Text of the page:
My views on unvalidated testing are different and I do not agree with everything that this reporter says about Lyme. The tests are NOT significantly more accurate as the disease progresses. A lot of misinformation but happy I said my piece – although A LOT was cut out.
And I just noticed my father posted a comment and was so touched by his message. I am so lucky to have my parents. They have been so supportive throughout this whole process and have surrounded me with so much love when I needed it most. Thank you, dad, mom, Jerry and Yvette. xo
Comment left by my father on YouTube:
Mrs. Dean is known more intimately by me as I am her Dad. Mostly from afar I have been the observer of the evolution of Brandi’s suffering of Lyme Disease. It has been more than heart-breaking as her Dad to be on the receiving end of phone calls and email messages when she’s been overwhelmed by waves of deep discouragement, depression, and even panic- not to mention caused by her symptoms…in fact have at times even cause my grave fear for her sufficient enough to leave my own work and home to be with her. On one occasion, I traveled to meet her in Washington DC to meet with and discuss a serious treatment regiment and had the experience of a Lyme-related episode that required the calling of EMTs and an ambulance to treat her in a doctor’s office and take her for emergency treatment at George Washington University Hospital where, for a short time I was literally afraid for her life. What I find maddening is NOT that medical professionals disagree over the diagnosis and treatment of Lyme Disease; it is the utter arrogance among MANY medical professionals that make adamant statements to or about patients or Lyme Disease that imply that their own knowledge that “debunks” Lyme Disease is “superior” thus leaving patients feeling like “it’s all in their heads”. Now, I MAY be a little biased…but I cannot describe the sense of pride that I have for Brandi as she refuses to stay down when a monster-wave of Lyme knocks her off her feet; but she picks herself up with the help of her family and reaches out to help other Lyme sufferers with encouragement, hope, prayer, and love!
I have come to realize that I may never overcome this disease – and it’s ok.
I recently had a conversation with my father and step-mother during their visit from Florida and was surprised by my answer when they asked how I was doing. I have spent the last four years fighting and recovering from Lyme with the hopes that at some point I would be able to kick this thing in remission. I have told friends and family that I was going to beat this and that I would eventually be off all of my medication. I have told others that they were going to get better as well. I just knew it. A few days ago, I sat in the car with my dad and Yvette and I said: You know, I don’t know if I am ever going to get better or feel the way that I did – before. I think I just need to learn to live with what I have. And, I think I’ve accepted the fact that I may be on medication for a very long time…maybe forever. I no longer pray for healing and find myself praying for the strength to live with this. And that was that. And from that moment forward I decided to just accept everything as it was – and when I felt too dizzy to walk through the grocery store I told them. When I was overcome with anxiety and several other symptoms during dinner, I told them. I said, I’m having some symptoms right now and just thought I’d let you know. I don’t want you to think that I’m not enjoying my time with you. I couldn’t believe how much easier it was to just spend that moment with all of my symptoms and enjoy this special time with family. I wasn’t pretending to feel well and they still had fun with me.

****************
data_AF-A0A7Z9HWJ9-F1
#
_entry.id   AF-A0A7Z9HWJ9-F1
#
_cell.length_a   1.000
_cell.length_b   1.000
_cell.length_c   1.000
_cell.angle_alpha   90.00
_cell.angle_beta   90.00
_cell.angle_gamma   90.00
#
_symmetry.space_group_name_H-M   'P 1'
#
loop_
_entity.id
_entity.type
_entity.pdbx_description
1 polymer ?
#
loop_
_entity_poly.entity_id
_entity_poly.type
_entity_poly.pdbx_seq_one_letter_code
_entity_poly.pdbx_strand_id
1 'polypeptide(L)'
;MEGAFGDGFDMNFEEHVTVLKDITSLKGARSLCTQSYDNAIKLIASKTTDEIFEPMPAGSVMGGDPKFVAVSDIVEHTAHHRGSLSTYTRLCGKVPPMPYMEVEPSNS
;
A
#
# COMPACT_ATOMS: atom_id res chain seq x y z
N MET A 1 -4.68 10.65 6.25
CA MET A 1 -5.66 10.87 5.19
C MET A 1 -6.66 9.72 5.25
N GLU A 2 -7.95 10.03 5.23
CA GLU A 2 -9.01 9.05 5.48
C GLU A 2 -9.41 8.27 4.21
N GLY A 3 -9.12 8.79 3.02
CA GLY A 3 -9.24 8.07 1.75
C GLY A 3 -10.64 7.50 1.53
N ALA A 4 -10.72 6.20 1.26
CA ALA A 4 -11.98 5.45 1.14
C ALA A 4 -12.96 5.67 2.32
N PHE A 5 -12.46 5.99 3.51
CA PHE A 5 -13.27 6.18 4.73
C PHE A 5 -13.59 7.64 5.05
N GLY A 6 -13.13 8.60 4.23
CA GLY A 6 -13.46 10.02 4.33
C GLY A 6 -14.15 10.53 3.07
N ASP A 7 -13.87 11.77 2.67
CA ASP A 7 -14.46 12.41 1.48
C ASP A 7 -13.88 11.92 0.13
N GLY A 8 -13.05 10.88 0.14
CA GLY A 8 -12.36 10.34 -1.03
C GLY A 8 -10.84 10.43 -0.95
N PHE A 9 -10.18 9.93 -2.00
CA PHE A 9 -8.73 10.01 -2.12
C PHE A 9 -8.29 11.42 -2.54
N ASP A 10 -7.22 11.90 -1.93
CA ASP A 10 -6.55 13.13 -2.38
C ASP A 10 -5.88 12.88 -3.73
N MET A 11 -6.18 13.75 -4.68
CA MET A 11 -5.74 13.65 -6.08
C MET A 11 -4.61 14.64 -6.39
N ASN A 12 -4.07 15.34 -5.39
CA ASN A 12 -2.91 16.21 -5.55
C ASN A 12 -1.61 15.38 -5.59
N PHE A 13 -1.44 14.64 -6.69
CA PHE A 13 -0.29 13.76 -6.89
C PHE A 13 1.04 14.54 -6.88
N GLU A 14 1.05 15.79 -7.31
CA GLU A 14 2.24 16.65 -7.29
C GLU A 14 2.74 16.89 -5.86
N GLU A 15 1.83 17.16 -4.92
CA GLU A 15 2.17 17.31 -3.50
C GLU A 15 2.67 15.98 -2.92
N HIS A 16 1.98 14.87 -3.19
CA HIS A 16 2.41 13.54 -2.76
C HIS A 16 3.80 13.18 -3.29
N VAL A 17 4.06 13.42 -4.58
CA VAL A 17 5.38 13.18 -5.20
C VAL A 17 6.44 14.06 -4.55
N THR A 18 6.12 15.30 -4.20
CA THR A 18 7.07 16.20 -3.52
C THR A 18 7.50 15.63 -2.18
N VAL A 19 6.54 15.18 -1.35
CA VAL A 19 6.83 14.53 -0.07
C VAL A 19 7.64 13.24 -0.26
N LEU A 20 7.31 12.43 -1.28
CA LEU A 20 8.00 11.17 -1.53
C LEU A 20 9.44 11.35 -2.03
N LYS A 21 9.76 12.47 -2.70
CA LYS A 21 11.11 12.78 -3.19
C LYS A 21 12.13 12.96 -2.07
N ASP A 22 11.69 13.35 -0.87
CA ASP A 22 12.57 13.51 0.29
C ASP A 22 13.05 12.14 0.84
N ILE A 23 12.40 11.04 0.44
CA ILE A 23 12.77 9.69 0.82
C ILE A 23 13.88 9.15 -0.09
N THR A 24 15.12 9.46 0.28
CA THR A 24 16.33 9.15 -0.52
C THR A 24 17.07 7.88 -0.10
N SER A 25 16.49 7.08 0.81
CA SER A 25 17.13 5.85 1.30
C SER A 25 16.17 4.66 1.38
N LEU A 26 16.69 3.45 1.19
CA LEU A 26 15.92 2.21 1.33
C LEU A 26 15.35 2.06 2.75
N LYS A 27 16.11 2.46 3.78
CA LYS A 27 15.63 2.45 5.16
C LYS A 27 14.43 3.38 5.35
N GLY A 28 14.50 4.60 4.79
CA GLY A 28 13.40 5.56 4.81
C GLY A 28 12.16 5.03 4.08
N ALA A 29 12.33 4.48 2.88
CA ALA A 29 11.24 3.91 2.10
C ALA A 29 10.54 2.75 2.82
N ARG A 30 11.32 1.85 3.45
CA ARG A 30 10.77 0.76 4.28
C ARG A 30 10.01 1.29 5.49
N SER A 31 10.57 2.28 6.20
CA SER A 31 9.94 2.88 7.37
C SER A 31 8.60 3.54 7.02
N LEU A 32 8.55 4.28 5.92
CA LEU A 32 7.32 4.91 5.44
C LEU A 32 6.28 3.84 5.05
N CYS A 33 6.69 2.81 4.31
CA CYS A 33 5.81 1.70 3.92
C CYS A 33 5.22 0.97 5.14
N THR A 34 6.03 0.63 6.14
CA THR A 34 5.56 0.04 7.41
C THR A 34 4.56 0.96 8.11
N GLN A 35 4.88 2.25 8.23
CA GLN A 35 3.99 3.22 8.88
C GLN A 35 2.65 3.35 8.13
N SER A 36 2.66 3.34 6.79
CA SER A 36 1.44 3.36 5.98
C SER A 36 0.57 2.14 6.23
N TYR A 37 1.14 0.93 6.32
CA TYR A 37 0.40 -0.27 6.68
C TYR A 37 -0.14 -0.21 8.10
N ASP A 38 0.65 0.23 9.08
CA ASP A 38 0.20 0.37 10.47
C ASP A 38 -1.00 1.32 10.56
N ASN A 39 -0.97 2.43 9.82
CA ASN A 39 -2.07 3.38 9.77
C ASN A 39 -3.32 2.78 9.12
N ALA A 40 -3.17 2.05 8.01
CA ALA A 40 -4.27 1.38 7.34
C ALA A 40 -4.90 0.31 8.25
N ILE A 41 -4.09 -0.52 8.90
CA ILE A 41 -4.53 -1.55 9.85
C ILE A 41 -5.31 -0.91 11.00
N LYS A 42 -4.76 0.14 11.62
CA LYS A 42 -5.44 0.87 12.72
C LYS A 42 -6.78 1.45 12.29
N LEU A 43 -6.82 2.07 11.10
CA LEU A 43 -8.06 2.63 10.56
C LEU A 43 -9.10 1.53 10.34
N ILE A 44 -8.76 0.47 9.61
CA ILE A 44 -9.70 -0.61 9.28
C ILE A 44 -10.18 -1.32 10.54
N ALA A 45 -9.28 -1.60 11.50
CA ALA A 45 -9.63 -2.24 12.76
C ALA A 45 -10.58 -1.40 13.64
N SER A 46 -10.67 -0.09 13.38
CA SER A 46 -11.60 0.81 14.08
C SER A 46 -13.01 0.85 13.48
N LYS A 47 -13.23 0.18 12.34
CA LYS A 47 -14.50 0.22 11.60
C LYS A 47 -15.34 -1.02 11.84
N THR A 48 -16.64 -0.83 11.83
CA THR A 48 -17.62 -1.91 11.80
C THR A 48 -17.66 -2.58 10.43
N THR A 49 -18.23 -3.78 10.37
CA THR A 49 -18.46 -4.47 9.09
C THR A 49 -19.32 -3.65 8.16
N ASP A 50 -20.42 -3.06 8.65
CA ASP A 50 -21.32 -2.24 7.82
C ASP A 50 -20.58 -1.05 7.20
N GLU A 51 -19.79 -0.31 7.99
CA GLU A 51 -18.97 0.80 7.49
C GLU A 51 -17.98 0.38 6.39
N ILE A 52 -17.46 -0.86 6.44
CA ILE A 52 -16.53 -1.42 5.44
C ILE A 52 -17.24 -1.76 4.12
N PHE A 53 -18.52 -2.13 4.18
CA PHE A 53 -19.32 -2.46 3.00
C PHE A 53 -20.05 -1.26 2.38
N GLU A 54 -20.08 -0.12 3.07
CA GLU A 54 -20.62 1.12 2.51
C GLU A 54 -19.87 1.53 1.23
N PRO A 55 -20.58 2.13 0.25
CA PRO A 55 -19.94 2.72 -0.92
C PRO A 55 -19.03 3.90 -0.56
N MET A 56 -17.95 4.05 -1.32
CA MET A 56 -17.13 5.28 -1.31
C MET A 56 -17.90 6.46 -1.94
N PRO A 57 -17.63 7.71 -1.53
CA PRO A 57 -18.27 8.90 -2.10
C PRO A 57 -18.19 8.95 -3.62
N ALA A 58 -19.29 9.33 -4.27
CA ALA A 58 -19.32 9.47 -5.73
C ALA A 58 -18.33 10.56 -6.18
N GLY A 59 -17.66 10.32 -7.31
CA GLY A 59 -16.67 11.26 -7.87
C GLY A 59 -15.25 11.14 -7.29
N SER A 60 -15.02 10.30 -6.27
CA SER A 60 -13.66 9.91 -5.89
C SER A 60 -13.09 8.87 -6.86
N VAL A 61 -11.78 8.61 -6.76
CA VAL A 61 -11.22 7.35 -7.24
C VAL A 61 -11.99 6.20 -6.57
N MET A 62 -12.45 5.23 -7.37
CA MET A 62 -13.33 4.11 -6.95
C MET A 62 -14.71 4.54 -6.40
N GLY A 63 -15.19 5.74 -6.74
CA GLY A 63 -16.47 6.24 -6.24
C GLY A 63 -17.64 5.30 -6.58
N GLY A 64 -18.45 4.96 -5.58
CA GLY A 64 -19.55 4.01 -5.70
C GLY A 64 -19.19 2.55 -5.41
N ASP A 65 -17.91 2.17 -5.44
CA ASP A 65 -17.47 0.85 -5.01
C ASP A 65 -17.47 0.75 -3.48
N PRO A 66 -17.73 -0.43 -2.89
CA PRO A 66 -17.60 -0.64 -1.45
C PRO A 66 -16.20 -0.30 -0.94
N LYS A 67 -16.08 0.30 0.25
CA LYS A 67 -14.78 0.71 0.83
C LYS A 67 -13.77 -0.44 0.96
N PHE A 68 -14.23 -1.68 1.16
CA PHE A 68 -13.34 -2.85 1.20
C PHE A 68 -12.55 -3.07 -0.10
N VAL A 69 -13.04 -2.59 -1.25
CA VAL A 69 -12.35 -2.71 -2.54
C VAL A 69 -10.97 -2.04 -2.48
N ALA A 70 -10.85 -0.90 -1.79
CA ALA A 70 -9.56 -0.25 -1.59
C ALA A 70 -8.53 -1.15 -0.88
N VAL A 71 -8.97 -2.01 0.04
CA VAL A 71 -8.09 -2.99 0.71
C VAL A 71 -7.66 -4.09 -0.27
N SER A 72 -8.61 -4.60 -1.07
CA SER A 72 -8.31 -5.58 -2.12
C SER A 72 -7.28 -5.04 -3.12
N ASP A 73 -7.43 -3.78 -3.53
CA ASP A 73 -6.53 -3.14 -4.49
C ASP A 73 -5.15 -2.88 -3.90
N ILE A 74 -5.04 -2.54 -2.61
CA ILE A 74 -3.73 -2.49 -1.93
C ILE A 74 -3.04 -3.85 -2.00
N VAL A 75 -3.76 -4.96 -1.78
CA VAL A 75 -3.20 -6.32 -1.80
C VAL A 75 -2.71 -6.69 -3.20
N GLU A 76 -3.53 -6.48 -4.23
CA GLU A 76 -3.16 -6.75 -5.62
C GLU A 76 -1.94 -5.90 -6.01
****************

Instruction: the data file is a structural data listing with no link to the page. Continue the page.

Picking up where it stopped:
We were “photobombed” several times by Finn and then took part in some “selfies”…
We yelled at the top of our lungs under Echo Bridge…
We roasted marshmallows and made the BEST s’mores…
And became celebrities overnight at Woodman’s in Essex…
We fed some baby goats…
And took way too many pictures to show YOU how much fun we had…
Thank you, Nana and Papa.
Thank you for making this visit so fun and for accepting the parts of me that aren’t so fun. ;-)
I had a wonderful Mother’s Day weekend with the boys and was showered with flowers, cake and lots of hugs! I’m sitting outside watching these little guys play with their friends and I’m reminded of how lucky I am to be surrounded by so much love. Seeing how happy they are here brings a great big smile to my face. Rylan is riding away on his bike that he just learned to ride on Mother’s Day – he’s no longer a city boy – and Finn is happily tagging along on his training wheels. This is heaven.